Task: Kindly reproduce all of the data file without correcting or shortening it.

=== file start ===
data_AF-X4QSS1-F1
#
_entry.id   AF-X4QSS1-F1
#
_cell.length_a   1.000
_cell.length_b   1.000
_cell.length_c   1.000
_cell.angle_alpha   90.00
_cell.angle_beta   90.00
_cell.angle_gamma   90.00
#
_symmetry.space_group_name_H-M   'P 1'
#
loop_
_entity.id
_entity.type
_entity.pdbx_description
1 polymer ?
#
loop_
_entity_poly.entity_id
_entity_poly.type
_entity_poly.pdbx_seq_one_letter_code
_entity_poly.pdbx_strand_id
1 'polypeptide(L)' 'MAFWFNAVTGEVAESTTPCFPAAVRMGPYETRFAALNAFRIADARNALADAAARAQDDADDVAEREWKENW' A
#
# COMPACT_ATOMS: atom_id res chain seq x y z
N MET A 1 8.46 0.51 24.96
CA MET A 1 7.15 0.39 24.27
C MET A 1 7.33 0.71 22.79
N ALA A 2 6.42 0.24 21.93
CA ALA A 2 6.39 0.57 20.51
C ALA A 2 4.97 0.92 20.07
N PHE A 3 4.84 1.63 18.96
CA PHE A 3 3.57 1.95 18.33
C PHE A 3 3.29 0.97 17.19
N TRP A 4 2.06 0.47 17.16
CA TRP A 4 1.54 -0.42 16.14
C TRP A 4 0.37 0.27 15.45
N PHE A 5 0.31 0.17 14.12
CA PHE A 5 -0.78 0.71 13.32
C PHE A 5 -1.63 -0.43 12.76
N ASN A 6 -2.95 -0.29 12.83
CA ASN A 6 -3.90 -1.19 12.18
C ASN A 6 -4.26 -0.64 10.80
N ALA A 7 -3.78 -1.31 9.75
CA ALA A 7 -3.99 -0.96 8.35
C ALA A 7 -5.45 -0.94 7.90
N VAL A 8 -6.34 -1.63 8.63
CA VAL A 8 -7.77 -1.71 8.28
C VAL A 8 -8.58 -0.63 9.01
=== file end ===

data_AF-X4QSS1-F1
#
_entry.id   AF-X4QSS1-F1
#
_cell.length_a   1.000
_cell.length_b   1.000
_cell.length_c   1.000
_cell.angle_alpha   90.00
_cell.angle_beta   90.00
_cell.angle_gamma   90.00
#
_symmetry.space_group_name_H-M   'P 1'
#
loop_
_entity.id
_entity.type
_entity.pdbx_description
1 polymer ?
#
loop_
_entity_poly.entity_id
_entity_poly.type
_entity_poly.pdbx_seq_one_letter_code
_entity_poly.pdbx_strand_id
1 'polypeptide(L)' 'MAFWFNAVTGEVAESTTPCFPAAVRMGPYETRFAALNAFRIADARNALADAAARAQDDADDVAEREWKENW' A
#
# COMPACT_ATOMS: atom_id res chain seq x y z
N MET A 1 8.46 0.51 24.96
CA MET A 1 7.15 0.39 24.27
C MET A 1 7.33 0.71 22.79
N ALA A 2 6.42 0.24 21.93
CA ALA A 2 6.39 0.57 20.51
C ALA A 2 4.97 0.92 20.07
N PHE A 3 4.84 1.63 18.96
CA PHE A 3 3.57 1.95 18.33
C PHE A 3 3.29 0.97 17.19
N TRP A 4 2.06 0.47 17.16
CA TRP A 4 1.54 -0.42 16.14
C TRP A 4 0.37 0.27 15.45
N PHE A 5 0.31 0.17 14.12
CA PHE A 5 -0.78 0.71 13.32
C PHE A 5 -1.63 -0.43 12.76
N ASN A 6 -2.95 -0.29 12.83
CA ASN A 6 -3.90 -1.19 12.18
C ASN A 6 -4.26 -0.64 10.80
N ALA A 7 -3.78 -1.31 9.75
CA ALA A 7 -3.99 -0.96 8.35
C ALA A 7 -5.45 -0.94 7.90
N VAL A 8 -6.34 -1.63 8.63
CA VAL A 8 -7.77 -1.71 8.28
C VAL A 8 -8.58 -0.63 9.01